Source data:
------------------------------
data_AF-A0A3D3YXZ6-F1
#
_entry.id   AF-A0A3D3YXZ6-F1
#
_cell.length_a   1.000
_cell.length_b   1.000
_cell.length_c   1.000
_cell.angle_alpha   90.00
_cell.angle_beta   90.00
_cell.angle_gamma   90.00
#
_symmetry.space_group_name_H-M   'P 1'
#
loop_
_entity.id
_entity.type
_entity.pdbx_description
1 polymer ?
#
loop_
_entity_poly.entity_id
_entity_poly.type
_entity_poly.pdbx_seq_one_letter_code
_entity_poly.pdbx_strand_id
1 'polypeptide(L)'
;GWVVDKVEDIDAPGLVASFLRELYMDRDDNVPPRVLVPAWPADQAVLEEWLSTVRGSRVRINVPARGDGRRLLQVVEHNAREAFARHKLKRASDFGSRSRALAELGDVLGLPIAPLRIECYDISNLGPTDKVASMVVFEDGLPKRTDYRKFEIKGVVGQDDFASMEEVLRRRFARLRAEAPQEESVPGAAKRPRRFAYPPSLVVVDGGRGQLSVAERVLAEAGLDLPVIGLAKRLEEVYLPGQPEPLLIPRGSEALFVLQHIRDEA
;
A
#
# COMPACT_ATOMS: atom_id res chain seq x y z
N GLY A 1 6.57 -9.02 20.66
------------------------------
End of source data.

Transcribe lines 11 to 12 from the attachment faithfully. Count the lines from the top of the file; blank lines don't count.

#
_symmetry.space_group_name_H-M   'P 1'